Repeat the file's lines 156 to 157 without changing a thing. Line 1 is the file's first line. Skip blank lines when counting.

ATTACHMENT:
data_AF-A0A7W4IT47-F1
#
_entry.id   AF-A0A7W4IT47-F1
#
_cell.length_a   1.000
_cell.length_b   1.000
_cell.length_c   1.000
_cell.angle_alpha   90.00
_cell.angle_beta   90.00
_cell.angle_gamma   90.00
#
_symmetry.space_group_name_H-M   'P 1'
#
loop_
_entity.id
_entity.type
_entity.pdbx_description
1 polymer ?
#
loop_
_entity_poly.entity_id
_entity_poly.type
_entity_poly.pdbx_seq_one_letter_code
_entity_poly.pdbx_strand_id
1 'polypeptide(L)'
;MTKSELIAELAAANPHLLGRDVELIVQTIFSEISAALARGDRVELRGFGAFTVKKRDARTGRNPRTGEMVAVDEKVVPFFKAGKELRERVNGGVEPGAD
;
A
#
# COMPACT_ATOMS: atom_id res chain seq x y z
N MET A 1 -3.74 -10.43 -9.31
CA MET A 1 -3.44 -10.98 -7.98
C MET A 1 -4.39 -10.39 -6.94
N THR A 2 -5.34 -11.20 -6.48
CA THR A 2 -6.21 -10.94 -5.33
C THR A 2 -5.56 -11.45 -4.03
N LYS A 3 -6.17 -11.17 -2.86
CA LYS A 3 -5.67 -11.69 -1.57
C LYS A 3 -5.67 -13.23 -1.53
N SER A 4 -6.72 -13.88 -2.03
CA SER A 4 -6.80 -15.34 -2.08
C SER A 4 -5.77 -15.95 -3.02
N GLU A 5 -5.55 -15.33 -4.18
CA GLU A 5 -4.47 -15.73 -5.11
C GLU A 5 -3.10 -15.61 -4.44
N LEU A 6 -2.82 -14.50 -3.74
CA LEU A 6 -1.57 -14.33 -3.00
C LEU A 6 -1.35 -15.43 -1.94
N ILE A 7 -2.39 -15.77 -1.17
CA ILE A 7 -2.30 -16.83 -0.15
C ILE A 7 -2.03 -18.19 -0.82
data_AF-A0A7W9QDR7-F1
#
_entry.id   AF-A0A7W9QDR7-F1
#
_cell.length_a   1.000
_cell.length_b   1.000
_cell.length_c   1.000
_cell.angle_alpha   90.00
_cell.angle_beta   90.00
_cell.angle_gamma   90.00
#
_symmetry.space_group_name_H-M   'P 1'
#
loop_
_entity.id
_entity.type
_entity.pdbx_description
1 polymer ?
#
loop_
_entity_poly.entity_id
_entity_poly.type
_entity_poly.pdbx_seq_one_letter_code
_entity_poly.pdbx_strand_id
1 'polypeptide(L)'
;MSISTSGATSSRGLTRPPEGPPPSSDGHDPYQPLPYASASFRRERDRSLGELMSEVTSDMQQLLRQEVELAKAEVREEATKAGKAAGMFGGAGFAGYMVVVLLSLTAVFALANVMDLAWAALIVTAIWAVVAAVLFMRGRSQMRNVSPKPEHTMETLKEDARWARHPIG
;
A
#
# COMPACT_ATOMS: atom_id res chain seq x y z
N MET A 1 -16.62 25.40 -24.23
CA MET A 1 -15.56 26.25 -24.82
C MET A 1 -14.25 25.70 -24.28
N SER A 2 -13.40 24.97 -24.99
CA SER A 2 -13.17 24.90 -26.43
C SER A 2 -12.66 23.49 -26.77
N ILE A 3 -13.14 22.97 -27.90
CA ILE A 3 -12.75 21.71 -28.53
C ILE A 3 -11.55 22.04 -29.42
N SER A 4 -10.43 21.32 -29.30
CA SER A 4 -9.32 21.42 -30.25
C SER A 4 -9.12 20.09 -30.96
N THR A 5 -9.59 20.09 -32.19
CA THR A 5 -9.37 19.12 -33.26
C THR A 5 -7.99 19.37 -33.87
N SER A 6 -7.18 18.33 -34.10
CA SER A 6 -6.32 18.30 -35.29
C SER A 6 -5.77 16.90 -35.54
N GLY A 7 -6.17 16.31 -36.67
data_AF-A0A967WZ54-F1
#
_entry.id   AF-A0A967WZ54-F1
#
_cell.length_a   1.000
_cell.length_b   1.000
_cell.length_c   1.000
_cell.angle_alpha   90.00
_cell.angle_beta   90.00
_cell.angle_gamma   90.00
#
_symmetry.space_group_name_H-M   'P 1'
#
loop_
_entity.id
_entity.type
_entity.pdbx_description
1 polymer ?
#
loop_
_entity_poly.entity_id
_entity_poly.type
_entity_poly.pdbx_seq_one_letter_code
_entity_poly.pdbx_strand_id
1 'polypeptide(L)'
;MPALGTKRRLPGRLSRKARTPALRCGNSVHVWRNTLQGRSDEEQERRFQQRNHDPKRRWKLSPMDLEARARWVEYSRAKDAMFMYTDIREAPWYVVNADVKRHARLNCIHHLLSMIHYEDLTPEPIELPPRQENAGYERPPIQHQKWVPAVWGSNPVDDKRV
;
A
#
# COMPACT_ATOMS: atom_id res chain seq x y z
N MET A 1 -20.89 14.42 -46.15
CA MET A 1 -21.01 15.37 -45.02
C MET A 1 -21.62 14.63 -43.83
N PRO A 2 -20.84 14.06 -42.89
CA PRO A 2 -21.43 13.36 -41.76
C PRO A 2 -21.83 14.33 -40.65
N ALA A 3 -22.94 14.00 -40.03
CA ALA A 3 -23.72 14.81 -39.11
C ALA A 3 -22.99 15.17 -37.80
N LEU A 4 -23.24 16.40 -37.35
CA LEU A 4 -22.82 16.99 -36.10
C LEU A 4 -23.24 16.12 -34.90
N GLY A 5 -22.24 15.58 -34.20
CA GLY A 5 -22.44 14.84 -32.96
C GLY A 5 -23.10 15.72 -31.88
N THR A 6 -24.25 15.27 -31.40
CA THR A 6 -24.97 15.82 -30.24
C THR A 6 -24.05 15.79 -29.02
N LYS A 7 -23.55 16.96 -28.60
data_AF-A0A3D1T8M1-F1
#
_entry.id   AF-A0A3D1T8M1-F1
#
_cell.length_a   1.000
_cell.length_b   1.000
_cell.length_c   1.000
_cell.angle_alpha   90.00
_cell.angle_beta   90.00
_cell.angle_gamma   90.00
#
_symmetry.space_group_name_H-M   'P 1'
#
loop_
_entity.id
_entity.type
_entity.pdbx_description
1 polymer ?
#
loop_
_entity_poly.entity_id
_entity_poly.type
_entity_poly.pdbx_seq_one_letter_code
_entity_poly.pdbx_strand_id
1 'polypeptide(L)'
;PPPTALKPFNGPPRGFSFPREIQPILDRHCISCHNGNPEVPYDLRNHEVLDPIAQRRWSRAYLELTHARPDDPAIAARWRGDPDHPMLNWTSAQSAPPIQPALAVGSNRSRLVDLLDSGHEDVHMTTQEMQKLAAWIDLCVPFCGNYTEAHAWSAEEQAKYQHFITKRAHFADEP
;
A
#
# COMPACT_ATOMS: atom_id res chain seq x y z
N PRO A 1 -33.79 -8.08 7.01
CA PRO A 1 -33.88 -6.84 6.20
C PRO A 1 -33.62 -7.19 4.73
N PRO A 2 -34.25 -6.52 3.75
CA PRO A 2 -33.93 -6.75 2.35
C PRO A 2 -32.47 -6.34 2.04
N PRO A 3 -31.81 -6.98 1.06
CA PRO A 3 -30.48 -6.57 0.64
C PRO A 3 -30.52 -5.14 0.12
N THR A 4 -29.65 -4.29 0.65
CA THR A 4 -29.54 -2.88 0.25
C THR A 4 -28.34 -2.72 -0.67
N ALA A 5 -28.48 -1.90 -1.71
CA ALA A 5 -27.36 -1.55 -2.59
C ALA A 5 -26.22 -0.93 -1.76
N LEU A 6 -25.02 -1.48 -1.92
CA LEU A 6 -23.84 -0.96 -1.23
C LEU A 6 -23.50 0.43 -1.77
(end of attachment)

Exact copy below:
_cell.length_c   1.000
_cell.angle_alpha   90.00